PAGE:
By APOLINARI TAIRO
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Zanzibar President Ali Mohammed Shein said his government aims to attract 500,000 tourists annually by 2020 from Indonesia and other southeast Asian states.
President Shein visited Indonesia and invited investors to venture into seaweed cultivation, which accounts for about 24,000 jobs in Zanzibar.
Zanzibar is the world’s third-largest producer of seaweed, after Indonesia and the Philippines.
“We will create an enabling environment for local and international companies to fulfil their investment ambitions without obstacles,” President Shein said.
With a population of about one million people, the Zanzibar economy depends on mostly tourism and international trade.
The island has been a target for high-class tourists, competing closely with the Vanilla Islands of Seychelles, Mauritius and the Maldives.
Tourism contributes more than 80 per cent of Zanzibar’s foreign-exchange earnings, and 27 per cent of its GDP.
According to the Zanzibar Association of Tourism Investors, tourism brought in $350 million in foreign exchange last year.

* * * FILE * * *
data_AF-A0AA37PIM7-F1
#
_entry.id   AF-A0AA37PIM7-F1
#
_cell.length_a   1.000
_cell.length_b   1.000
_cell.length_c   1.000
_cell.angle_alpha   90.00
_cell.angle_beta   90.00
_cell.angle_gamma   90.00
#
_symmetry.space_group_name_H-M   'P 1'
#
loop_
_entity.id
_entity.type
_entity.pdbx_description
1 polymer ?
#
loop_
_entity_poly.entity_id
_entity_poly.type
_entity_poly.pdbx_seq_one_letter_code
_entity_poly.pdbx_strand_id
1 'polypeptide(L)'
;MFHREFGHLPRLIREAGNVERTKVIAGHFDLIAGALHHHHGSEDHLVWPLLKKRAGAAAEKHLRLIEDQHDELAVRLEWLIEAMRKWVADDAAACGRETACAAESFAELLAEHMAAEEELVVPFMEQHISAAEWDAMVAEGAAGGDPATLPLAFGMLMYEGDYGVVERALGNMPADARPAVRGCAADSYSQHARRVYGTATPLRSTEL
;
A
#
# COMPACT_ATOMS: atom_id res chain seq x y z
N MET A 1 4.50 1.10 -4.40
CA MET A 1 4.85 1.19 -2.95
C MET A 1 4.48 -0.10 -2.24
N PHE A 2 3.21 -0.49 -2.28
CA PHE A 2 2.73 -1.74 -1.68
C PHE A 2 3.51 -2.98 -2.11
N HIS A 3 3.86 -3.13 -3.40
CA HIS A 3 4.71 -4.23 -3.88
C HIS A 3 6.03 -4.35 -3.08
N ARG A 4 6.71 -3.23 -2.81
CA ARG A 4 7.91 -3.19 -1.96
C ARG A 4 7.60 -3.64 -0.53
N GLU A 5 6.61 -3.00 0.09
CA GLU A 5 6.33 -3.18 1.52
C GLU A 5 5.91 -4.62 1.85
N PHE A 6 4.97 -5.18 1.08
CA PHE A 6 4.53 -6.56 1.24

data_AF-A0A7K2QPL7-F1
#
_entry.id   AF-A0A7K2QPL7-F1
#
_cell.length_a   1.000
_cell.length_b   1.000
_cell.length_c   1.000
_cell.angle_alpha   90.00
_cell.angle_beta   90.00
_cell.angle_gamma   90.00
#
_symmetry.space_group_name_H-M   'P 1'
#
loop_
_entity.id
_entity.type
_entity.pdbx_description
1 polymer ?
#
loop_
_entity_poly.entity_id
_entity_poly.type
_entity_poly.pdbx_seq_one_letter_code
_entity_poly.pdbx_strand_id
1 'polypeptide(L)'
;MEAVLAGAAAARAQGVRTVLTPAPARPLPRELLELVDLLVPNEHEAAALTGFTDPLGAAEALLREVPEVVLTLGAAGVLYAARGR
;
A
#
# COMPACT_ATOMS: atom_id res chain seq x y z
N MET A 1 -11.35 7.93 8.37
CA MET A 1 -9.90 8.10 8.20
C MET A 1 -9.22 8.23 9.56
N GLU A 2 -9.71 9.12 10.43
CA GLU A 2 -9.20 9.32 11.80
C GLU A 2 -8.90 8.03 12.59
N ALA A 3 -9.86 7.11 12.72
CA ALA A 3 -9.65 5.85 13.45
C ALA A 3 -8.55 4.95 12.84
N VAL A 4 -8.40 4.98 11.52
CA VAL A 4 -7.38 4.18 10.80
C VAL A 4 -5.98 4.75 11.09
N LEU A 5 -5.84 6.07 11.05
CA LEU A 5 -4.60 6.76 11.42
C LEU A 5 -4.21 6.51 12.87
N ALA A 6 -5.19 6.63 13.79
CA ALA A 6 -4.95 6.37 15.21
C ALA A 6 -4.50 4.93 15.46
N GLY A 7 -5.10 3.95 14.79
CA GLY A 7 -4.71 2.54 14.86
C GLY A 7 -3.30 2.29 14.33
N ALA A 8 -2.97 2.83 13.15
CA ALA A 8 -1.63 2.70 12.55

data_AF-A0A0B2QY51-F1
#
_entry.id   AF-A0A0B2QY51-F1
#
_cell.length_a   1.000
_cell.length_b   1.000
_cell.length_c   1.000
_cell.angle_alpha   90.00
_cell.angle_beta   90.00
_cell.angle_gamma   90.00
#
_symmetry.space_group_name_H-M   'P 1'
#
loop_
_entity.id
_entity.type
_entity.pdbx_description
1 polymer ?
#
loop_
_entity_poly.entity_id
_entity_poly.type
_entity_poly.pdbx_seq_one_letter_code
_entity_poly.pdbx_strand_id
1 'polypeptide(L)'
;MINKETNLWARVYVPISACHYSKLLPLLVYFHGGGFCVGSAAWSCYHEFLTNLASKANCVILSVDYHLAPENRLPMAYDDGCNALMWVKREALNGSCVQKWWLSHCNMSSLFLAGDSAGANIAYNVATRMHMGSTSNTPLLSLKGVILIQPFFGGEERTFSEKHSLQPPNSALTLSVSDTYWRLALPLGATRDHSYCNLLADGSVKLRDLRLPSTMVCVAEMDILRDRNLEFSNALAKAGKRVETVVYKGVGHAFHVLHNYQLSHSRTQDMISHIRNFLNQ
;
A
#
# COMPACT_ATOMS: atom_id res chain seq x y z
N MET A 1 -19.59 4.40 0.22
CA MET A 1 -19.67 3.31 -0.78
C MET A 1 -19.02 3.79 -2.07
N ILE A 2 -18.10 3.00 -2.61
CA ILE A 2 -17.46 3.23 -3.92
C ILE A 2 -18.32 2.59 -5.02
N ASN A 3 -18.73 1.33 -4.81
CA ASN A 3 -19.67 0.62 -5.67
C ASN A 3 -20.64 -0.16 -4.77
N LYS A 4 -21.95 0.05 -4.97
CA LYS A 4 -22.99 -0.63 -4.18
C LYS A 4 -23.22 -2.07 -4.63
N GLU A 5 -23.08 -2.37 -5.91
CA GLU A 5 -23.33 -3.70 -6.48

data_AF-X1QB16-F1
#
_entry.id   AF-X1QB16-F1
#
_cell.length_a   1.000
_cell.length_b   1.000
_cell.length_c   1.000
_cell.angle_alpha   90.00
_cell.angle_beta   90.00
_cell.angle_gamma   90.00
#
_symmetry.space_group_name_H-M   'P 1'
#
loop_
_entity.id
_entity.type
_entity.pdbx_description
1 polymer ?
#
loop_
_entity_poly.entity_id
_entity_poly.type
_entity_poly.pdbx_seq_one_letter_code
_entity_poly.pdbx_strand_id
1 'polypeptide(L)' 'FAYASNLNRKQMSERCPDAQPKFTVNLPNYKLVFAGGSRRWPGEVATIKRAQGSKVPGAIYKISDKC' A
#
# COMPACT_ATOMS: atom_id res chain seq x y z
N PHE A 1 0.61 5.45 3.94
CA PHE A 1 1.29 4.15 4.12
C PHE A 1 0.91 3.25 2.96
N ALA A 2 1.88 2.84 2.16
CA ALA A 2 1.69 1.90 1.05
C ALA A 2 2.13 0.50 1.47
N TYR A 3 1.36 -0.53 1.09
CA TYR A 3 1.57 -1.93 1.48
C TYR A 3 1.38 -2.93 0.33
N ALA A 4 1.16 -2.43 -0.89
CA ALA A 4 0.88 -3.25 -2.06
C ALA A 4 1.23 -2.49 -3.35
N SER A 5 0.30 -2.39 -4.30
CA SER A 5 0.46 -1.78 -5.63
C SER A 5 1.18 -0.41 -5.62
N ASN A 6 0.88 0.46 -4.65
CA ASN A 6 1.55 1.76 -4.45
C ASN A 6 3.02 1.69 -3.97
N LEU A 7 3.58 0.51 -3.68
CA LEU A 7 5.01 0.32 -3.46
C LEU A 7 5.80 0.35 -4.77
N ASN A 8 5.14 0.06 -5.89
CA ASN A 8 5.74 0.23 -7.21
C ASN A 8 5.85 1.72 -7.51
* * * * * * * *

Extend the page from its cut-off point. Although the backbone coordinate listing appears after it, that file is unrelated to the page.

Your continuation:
Zanzibar has at least 6,200 tourist hotel b in six classes of accommodation.
Major gulf carriers like Emirates, Flydubai, Qatar Airways, Oman Air and Etihad have launched daily and weekly flights to Tanzania with connections to Zanzibar, propping up its tourism sector.
Egypt Air is set to launch direct flights between Cairo and Zanzibar. The airline’s vice president, Mohamed Alabbady, met President Shein in April to discuss plans to fly to Zanzibar.
He said although the region is rich in natural attractions, the number of international tourist arrivals is comparatively low.
Will tourism save or destroy Zanzibar?
The extra pressure from increasing visitor numbers on resources is a significant threat.